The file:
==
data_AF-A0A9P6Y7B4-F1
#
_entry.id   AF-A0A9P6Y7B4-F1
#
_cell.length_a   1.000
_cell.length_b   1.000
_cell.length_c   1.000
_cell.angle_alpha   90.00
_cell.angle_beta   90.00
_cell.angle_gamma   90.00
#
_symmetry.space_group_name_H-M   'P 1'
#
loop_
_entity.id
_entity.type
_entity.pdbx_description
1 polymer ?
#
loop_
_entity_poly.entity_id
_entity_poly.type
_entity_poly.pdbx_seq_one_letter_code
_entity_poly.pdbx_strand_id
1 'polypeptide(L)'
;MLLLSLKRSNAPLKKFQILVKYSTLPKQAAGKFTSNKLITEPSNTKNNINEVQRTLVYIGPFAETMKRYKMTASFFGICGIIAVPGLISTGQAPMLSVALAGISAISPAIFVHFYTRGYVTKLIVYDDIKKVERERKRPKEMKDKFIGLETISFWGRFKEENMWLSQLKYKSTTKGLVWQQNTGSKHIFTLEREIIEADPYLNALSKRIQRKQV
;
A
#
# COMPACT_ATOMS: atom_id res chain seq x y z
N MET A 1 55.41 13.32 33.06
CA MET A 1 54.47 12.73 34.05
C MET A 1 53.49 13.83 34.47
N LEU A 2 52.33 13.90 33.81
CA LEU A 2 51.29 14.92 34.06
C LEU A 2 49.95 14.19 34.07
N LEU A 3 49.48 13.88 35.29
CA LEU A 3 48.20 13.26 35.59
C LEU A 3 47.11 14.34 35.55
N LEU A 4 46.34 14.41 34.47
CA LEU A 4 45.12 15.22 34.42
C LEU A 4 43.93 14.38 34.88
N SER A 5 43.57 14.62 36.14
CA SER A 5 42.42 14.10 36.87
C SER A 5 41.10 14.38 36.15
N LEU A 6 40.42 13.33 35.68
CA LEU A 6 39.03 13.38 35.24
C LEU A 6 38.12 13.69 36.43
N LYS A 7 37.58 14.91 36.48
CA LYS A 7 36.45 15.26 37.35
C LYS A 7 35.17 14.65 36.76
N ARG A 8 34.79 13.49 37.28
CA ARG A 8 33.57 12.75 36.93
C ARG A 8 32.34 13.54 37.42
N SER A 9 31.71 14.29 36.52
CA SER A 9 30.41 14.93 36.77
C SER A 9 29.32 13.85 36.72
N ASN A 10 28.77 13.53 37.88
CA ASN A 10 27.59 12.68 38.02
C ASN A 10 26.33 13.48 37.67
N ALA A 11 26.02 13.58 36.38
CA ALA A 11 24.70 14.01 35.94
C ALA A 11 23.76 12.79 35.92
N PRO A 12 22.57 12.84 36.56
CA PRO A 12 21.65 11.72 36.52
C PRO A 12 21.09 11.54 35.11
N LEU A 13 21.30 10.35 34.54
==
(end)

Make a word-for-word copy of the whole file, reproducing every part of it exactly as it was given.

data_AF-A0A9P6Y7B4-F1
#
_entry.id   AF-A0A9P6Y7B4-F1
#
_cell.length_a   1.000
_cell.length_b   1.000
_cell.length_c   1.000
_cell.angle_alpha   90.00
_cell.angle_beta   90.00
_cell.angle_gamma   90.00
#
_symmetry.space_group_name_H-M   'P 1'
#
loop_
_entity.id
_entity.type
_entity.pdbx_description
1 polymer ?
#
loop_
_entity_poly.entity_id
_entity_poly.type
_entity_poly.pdbx_seq_one_letter_code
_entity_poly.pdbx_strand_id
1 'polypeptide(L)'
;MLLLSLKRSNAPLKKFQILVKYSTLPKQAAGKFTSNKLITEPSNTKNNINEVQRTLVYIGPFAETMKRYKMTASFFGICGIIAVPGLISTGQAPMLSVALAGISAISPAIFVHFYTRGYVTKLIVYDDIKKVERERKRPKEMKDKFIGLETISFWGRFKEENMWLSQLKYKSTTKGLVWQQNTGSKHIFTLEREIIEADPYLNALSKRIQRKQV
;
A
#
# COMPACT_ATOMS: atom_id res chain seq x y z
N MET A 1 55.41 13.32 33.06
CA MET A 1 54.47 12.73 34.05
C MET A 1 53.49 13.83 34.47
N LEU A 2 52.33 13.90 33.81
CA LEU A 2 51.29 14.92 34.06
C LEU A 2 49.95 14.19 34.07
N LEU A 3 49.48 13.88 35.29
CA LEU A 3 48.20 13.26 35.59
C LEU A 3 47.11 14.34 35.55
N LEU A 4 46.34 14.41 34.47
CA LEU A 4 45.12 15.22 34.42
C LEU A 4 43.93 14.38 34.88
N SER A 5 43.57 14.62 36.14
CA SER A 5 42.42 14.10 36.87
C SER A 5 41.10 14.38 36.15
N LEU A 6 40.42 13.33 35.68
CA LEU A 6 39.03 13.38 35.24
C LEU A 6 38.12 13.69 36.43
N LYS A 7 37.58 14.91 36.48
CA LYS A 7 36.45 15.26 37.35
C LYS A 7 35.17 14.65 36.76
N ARG A 8 34.79 13.49 37.28
CA ARG A 8 33.57 12.75 36.93
C ARG A 8 32.34 13.54 37.42
N SER A 9 31.71 14.29 36.52
CA SER A 9 30.41 14.93 36.77
C SER A 9 29.32 13.85 36.72
N ASN A 10 28.77 13.53 37.88
CA ASN A 10 27.59 12.68 38.02
C ASN A 10 26.33 13.48 37.67
N ALA A 11 26.02 13.58 36.38
CA ALA A 11 24.70 14.01 35.94
C ALA A 11 23.76 12.79 35.92
N PRO A 12 22.57 12.84 36.56
CA PRO A 12 21.65 11.72 36.52
C PRO A 12 21.09 11.54 35.11
N LEU A 13 21.30 10.35 34.54